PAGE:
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|A plan for the future makes it hard to accept the present|
|Written by Topher Payne|
|Friday, 10 December 2010 00:00|
I’ve never been much of a gamer, but in my early 20s I was in a relationship with a geek (his term, not mine) for several years, which allowed me to closely observe that culture.
I could never really wrap my brain around the large Tupperware bins of comic books or hours spent playing “X-Men” on PlayStation, but considering I brought a costume closet and several puppets into the relationship, I wasn’t in a position to judge.
The one exception was “The Sims,” which could trap me in front of my desktop computer for an entire day, staring slack-jawed at the screen. The player was supposed to create an avatar, build them a house, then get a job and become a productive member of society.
I lost interest in the avatars after I exhausted the full range of their sexual behaviors. Building a beautiful house was my singular preoccupation. I bought a book of home plans at Borders, and then set about re-creating my favorites in the online world. I had no interest in living in the communities I very carefully planned. I was an online land developer. And just like so many of my real-world counterparts, I eventually lost interest and moved on to other things.
Last week, Preppy’s parents came to visit, and we built ourselves a big damn fence, separating us once and for all from Anita, the screeching lunatic who lives next door.
Anita challenged the property line, lawyers were called, the police came by a few times, we were accused of putting smoke bombs in her car… but in the end, we have contained the crazy. As the hardscrabble frontier folk taught us, good fences do indeed make good neighbors.
Shortly after the fence went up, my Dad called and started talking about making a timeline on the other improvements we’ve been talking about doing since we moved in. I don’t know if it was the fact that we had finally done our first actual upgrade to the property, or if having the in-laws contribute raised some sort of competitive spirit in him, but Dad was suddenly ready to pick out some bathroom tile and get to work.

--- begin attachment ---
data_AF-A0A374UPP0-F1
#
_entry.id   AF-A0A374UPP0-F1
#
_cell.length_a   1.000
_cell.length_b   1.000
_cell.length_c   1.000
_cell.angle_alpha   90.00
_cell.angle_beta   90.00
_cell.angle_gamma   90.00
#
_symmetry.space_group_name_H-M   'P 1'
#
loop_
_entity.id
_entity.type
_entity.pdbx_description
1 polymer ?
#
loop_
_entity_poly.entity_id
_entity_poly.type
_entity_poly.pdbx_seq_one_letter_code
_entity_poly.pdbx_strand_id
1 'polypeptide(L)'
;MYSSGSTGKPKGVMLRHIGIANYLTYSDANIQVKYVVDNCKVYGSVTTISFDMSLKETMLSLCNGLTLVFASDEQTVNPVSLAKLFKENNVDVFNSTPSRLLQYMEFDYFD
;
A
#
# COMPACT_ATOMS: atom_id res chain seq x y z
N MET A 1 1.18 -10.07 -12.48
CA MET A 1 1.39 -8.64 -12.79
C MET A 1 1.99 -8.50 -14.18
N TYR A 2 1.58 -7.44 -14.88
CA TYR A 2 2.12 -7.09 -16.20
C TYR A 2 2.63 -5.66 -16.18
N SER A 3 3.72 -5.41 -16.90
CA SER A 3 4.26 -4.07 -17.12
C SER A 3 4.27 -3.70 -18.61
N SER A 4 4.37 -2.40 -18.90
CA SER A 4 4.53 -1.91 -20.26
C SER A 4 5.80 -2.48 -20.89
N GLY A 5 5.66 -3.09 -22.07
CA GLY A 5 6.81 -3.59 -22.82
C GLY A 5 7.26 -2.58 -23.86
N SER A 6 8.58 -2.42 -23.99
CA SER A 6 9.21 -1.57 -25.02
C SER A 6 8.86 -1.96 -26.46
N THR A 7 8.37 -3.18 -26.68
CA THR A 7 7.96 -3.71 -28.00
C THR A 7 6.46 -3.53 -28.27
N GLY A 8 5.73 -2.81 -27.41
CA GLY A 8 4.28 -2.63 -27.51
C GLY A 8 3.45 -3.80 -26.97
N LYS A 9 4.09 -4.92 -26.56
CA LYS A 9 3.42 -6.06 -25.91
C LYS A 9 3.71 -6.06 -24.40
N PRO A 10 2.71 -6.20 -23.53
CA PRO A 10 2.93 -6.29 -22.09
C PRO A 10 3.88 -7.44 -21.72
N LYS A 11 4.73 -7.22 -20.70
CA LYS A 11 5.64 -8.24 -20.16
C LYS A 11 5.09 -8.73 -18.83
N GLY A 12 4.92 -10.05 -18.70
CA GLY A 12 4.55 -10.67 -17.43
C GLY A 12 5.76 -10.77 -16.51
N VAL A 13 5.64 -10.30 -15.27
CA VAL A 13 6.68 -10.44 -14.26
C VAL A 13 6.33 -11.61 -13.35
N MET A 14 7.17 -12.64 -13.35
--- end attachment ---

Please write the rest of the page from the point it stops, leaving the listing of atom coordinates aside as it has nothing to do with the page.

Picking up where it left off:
I really think it was the hands-on involvement of Preppy’s parents that got him interested. My sister’s in-laws are not the sort of people who come by and help you sheetrock, so there’s no competition there. But Preppy comes from very task-oriented people, and I think Dad didn’t particularly care for the imbalance that was happening here.
It’s the way of the Southern man, isn’t it? “Let me show you I love you by completing the following tasks on this list.” Preppy and I are more than happy to encourage this behavior.
Dad told me to get measurements of every room, and sent me software called “Sweet Home 3D.” I did as I was told, and something amazing happened: It was “The Sims” all over again. Only this time, I didn’t have to get a job as a pizza boy to buy virtual wallpaper. I had free reign to create the virtual version of our home, and I did so with gusto.
There’s the “before” plan, which looks like our house now, and the “after,” which is the most beautiful home in the entire world. The only way we’d ever have the “after” house is if one of my scratch-and-wins paid off, but I do not care. I want to live there right now.
This might not have been the best idea. Because now, living in the Before House is a bit disappointing. After House has a porch. It’s always 70 degrees and sunny at the After House. Screw you, Before House.
Preppy, forever the pragmatist, reminds me that the After House was created to clarify our goals. Having our 3-D tour is the equivalent of putting a picture of a guy with great abs on your fridge to remind you not to eat ice cream. I tried the hot-guy-on-fridge thing once, and lasted a week before I got sick of looking at that smug bastard and threw him away.
Between the two of us, I can see Preppy has the healthier outlook. These things take time. Five years ago, I never would have thought I’d be planning improvements on a home I share with my husband. And I sure as heck never thought I’d have two sets of parents offering assistance. So really, anything’s possible. I’ll just take a few more 3-D tours, so I’m ready when it happens.
Topher Payne is an Atlanta-based playwright, and the author of the book “Necessary Luxuries: Notes on a Semi-Fabulous Life.” Find out more at topherpayne.com.
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